The recipients of these technical assistance grants have demonstrated expertise in the implementation of agricultural practices and technologies supported through AMMP and HSP. During the application phases for these programs, they will perform outreach for the programs and assist farmers in many application-related tasks such as developing a project design, estimating the benefits of proposals, and submitting applications. After the AMMP and HSP projects have been awarded, technical assistance providers will continue to work with farmers to implement the projects and meet reporting requirements.
“These technical assistance grants are so important to supporting farmers and ranchers of every size and in every region of our state understand the application requirements as well as the kinds of climate smart agriculture projects that qualify,” said CDFA Secretary Karen Ross. “We are pleased to partner with so many different organizations and technical experts to help our agricultural community mitigate greenhouse gases and adapt to climate change.”
A summary of the 2019 technical assistance awards is here.
For every appropriation to Climate Smart Agriculture Programs, CDFA devotes at least five percent of the funds to technical assistance grants through a competitive request for proposals. Technical assistance efforts will be prioritized to farms of less than 500 acres, and at least a quarter of the funding will be spent on assistance to Socially Disadvantaged Farmers and Ranchers.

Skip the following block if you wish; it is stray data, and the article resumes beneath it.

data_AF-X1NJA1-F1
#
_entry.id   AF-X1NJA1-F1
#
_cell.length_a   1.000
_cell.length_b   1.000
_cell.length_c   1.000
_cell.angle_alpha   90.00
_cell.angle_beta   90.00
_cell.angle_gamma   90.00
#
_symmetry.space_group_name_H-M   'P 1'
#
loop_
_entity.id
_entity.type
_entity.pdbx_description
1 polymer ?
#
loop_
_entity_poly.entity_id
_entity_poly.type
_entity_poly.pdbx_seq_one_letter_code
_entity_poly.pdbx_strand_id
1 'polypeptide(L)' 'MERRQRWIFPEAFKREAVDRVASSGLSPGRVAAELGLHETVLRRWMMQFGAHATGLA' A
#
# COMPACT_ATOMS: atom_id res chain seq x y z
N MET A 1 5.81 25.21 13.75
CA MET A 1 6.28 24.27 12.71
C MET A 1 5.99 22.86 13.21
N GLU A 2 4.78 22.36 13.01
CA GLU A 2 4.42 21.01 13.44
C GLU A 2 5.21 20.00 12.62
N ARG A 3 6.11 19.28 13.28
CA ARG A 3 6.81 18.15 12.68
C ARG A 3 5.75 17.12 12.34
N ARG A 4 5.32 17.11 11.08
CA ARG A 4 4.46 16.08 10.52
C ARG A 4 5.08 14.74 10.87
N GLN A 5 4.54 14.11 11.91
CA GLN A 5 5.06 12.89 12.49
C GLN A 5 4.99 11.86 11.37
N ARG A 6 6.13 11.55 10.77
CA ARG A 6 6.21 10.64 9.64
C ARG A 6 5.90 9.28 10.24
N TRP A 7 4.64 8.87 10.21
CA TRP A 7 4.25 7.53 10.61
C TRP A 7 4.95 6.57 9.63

The Climate Smart Agriculture Technical Assistance Funding is part of California Climate Investments, a statewide program that puts billions of Cap-and-Trade dollars to work reducing greenhouse gas (GHG) emissions, strengthening the economy, and improving public health and the environment – particularly in disadvantaged communities. The Cap-and-Trade program also creates a financial incentive for industries to invest in clean technologies and develop innovative ways to reduce pollution. California Climate Investments projects include affordable housing, renewable energy, public transportation, zero-emission vehicles, environmental restoration, more sustainable agriculture, recycling and much more. At least 35 percent of these investments are located within and benefiting residents of disadvantaged communities, low-income communities and low-income households across California. For more information, visit the California Climate Investments website at www.caclimateinvestments.ca.gov.